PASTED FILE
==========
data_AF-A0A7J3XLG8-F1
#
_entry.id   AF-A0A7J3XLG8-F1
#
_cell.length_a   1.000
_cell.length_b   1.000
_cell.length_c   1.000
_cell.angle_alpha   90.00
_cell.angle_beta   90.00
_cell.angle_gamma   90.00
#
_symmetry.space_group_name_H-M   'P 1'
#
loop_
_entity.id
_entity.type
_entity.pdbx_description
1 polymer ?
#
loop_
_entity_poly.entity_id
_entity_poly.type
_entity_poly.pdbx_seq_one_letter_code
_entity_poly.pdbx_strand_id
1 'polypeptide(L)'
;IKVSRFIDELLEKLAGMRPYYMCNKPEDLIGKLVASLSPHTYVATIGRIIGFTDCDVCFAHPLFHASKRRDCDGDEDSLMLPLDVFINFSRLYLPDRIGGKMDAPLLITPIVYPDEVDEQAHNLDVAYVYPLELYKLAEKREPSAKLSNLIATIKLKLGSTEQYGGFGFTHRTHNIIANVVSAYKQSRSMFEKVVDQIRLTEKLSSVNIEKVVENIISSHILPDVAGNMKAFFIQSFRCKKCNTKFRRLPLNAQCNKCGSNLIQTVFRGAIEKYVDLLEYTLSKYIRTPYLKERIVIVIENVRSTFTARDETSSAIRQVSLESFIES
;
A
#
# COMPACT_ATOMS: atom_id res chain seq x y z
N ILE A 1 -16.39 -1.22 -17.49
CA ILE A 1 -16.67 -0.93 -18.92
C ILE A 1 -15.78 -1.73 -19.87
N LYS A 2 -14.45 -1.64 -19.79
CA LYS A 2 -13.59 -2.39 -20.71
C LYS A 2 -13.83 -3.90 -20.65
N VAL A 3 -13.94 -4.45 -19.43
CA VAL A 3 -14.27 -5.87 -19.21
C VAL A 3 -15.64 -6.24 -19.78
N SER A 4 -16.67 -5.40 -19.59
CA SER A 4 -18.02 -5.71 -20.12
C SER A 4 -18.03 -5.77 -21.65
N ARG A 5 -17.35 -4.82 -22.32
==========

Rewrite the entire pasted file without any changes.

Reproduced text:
data_AF-A0A7J3XLG8-F1
#
_entry.id   AF-A0A7J3XLG8-F1
#
_cell.length_a   1.000
_cell.length_b   1.000
_cell.length_c   1.000
_cell.angle_alpha   90.00
_cell.angle_beta   90.00
_cell.angle_gamma   90.00
#
_symmetry.space_group_name_H-M   'P 1'
#
loop_
_entity.id
_entity.type
_entity.pdbx_description
1 polymer ?
#
loop_
_entity_poly.entity_id
_entity_poly.type
_entity_poly.pdbx_seq_one_letter_code
_entity_poly.pdbx_strand_id
1 'polypeptide(L)'
;IKVSRFIDELLEKLAGMRPYYMCNKPEDLIGKLVASLSPHTYVATIGRIIGFTDCDVCFAHPLFHASKRRDCDGDEDSLMLPLDVFINFSRLYLPDRIGGKMDAPLLITPIVYPDEVDEQAHNLDVAYVYPLELYKLAEKREPSAKLSNLIATIKLKLGSTEQYGGFGFTHRTHNIIANVVSAYKQSRSMFEKVVDQIRLTEKLSSVNIEKVVENIISSHILPDVAGNMKAFFIQSFRCKKCNTKFRRLPLNAQCNKCGSNLIQTVFRGAIEKYVDLLEYTLSKYIRTPYLKERIVIVIENVRSTFTARDETSSAIRQVSLESFIES
;
A
#
# COMPACT_ATOMS: atom_id res chain seq x y z
N ILE A 1 -16.39 -1.22 -17.49
CA ILE A 1 -16.67 -0.93 -18.92
C ILE A 1 -15.78 -1.73 -19.87
N LYS A 2 -14.45 -1.64 -19.79
CA LYS A 2 -13.59 -2.39 -20.71
C LYS A 2 -13.83 -3.90 -20.65
N VAL A 3 -13.94 -4.45 -19.43
CA VAL A 3 -14.27 -5.87 -19.21
C VAL A 3 -15.64 -6.24 -19.78
N SER A 4 -16.67 -5.40 -19.59
CA SER A 4 -18.02 -5.71 -20.12
C SER A 4 -18.03 -5.77 -21.65
N ARG A 5 -17.35 -4.82 -22.32